I realize this was a big job and it took time to track down the parts.  Fine.  On the other hand  be honest and give me a realistic timeframe for the repair.  I can deal with six days if you tell me upfront so that I can plan for it.   Giving me a rolling estimate and then going out of your way to ignore me simply pisses me off.

One last piece of advice - the note you sent me thanking me for allowing you to service  my car ...   don't send it next time unless it includes a rebate or a steep discount on future service.   You may have meant well, but you merely succeeded in pissing me off again. 

Yes, I'm probably taking my business to one of your competitors next time.  Do you want your card back ?

Sunday, July 14, 2013


I've had the same credit card for a decade.  I use it for everyday purchases and simply don't care about mileage points; a pretty "diamond" card; first dibs at concert seats, etc.   I just want a decent rate on my card and convenience.

So with that in mind, my family was at the beach last week and one evening we went into a small local gallery.  They had some cool art glass and my wife mentioned she really liked a piece they had on display. Since her birthday was coming up, I snuck back to the store and bought it for her.  As it was late in the evening, the gallery said they'd pack the piece and I could pick it up the following day.

And that's what happened.   Fast forward a week.   We give the package to my wife for her birthday.  She opens it and discovers the piece is cracked.   The crack isn't obvious, but if you look you can clearly see this thing is damaged.  Given it cost $500, I contacted the gallery; sent them an email with a picture of the damage and asked what my options are.  Remember, they packed the item and I was very careful with the package.   Anyhow, the gallery said they'd get back to me which didn't exactly give me a warm and fuzzy feeling so I decided to contact my credit card company to see what my options were.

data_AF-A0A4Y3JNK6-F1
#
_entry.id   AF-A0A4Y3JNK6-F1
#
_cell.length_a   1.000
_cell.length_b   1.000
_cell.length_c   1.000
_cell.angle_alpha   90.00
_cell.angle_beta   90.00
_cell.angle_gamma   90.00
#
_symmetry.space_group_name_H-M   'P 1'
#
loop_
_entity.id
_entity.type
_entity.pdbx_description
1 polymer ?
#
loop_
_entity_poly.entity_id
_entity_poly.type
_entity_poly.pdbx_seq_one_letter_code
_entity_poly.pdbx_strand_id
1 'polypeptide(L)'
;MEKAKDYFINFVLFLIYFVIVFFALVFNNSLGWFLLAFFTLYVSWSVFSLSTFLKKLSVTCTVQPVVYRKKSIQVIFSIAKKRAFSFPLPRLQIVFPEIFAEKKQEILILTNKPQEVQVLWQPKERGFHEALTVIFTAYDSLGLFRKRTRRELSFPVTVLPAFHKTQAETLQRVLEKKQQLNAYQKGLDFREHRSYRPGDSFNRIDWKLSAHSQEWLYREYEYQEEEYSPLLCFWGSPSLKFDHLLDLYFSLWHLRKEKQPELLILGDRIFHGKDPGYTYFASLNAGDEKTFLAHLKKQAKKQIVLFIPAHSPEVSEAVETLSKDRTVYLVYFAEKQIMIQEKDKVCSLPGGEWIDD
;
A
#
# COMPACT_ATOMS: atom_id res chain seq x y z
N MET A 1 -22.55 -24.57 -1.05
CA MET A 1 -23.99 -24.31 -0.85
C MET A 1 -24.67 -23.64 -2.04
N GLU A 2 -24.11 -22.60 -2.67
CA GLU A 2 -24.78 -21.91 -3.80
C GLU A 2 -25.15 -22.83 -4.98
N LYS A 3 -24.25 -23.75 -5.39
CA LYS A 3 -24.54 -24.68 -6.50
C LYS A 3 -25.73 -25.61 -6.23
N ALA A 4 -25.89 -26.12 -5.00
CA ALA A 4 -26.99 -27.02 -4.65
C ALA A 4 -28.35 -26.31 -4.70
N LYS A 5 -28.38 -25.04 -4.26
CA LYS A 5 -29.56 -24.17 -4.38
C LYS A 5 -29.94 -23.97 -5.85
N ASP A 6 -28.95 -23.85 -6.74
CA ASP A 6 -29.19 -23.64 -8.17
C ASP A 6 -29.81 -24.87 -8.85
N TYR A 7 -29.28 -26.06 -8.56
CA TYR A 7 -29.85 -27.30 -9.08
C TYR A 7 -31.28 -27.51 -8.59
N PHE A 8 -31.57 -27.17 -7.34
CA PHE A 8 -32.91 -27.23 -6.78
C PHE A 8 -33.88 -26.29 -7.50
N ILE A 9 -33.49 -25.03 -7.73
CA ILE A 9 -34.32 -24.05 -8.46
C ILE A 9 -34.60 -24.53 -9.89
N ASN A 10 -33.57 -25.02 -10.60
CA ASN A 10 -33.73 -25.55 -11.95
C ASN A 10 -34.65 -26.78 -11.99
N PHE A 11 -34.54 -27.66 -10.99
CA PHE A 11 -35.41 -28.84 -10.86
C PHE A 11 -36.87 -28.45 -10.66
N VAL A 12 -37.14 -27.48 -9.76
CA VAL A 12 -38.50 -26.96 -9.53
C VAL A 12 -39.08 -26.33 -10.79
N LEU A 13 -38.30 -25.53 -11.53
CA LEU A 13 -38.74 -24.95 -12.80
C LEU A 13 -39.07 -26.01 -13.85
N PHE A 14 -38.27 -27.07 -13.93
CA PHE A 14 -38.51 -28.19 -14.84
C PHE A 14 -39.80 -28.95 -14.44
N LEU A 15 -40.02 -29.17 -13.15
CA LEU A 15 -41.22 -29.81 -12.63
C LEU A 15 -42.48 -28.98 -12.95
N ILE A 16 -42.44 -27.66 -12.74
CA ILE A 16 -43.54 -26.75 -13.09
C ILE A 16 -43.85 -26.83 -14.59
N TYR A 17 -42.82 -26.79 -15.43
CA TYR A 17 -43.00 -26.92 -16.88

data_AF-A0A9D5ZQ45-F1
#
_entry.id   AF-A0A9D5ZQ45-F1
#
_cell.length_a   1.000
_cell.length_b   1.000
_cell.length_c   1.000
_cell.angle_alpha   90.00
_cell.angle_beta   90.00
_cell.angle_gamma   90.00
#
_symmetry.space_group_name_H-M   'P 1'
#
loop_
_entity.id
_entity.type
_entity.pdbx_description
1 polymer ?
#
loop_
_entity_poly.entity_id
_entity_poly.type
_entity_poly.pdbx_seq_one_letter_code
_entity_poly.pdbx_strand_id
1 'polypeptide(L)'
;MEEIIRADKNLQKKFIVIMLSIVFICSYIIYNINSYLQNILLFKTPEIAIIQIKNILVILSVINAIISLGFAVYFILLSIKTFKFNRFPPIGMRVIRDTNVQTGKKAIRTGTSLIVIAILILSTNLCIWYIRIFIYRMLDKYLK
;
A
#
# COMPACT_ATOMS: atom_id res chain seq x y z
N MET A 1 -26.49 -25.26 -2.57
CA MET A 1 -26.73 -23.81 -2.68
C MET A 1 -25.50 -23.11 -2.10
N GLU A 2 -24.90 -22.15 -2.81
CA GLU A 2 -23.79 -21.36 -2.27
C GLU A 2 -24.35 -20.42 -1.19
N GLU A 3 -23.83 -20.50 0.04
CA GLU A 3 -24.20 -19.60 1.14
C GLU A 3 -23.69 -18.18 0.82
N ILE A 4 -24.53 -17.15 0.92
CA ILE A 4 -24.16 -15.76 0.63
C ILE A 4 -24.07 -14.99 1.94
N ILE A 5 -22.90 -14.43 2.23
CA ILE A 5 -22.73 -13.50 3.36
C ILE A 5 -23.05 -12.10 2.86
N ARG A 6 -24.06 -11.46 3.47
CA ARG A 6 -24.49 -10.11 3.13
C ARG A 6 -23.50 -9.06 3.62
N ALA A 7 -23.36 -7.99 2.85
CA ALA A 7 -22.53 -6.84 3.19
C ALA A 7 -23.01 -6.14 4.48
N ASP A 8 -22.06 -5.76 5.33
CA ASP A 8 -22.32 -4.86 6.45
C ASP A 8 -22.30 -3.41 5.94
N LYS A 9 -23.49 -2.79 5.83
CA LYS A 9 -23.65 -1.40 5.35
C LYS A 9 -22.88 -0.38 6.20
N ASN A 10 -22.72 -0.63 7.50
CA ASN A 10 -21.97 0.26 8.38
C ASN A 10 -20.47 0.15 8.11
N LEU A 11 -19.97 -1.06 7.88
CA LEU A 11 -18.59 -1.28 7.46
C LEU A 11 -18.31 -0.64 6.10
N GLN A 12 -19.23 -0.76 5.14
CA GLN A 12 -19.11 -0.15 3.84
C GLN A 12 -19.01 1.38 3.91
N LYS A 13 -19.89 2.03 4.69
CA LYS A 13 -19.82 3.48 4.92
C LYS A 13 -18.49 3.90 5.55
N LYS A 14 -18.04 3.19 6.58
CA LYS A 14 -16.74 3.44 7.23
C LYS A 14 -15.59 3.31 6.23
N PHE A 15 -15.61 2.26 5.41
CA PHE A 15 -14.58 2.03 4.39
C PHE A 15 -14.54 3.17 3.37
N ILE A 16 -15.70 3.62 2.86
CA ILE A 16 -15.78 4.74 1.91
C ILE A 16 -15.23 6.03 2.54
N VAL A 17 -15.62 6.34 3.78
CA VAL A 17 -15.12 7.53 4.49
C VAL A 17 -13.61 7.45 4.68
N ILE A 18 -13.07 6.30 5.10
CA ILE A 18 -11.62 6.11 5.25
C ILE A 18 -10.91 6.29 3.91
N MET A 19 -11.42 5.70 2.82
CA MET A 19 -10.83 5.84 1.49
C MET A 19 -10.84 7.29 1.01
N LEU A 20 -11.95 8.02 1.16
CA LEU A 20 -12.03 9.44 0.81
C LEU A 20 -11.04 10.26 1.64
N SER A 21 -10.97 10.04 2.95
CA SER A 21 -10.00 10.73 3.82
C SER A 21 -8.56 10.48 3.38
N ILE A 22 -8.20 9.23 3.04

The first credit card specialist I talked to listened to my story and told me there were two routes to consider - an item protection program and a consumer protection program option.  Both of these were apparently options I had on my card (which I didn't know about and wonder what they're costing me).  When I asked her for details on how to pursue those options she told me I would have to talk to a specialist.  I was then forwarded to a different department.   After providing all of my account information to the second account specialist I was told the program required me to mail the item to a company warehouse, but the item couldn't be damaged.  When I pointed out this was a broken piece of art glass so it was damaged, I was told the item protection program wasn't an option, but I could try the consumer protection program.  When I asked for the details I was told that wasn't her area, but she would be happy to forward me to another specialist.   After providing the third specialist with my account information she told me to hang on while se read the consumer protection program materials to see whether I was covered - good up to $500; can't claim more than $50,000 over the life of the program; have 60 days to file a claim ...   all good.  Whoops, antiques and collectables are excluded from the program.  Yes, art glass is a collectable.  

I kind of saw that coming.  To drag out this misery, I asked what other options I had.  Could I simply file a dispute on the original purchase ?   Yes, but that wasn't something she could help me with.  I would have to work with a different specialist (I'm thinking I'll end up back with the first person I spoke to).

At this point I had already spent 30 minutes with my credit card company and decided I would give the gallery a chance to make good on the damaged item.   They were nice enough to tell me they'd get back to me the following day.

I'm pissed at myself for not having checked the glass myself.  I'm mad at the gallery for having sold me a damaged item; but above all I'm upset at the credit card company for their BS.   In fact, I'm think I may take up the next offer I get from the Navy Federal Credit Union.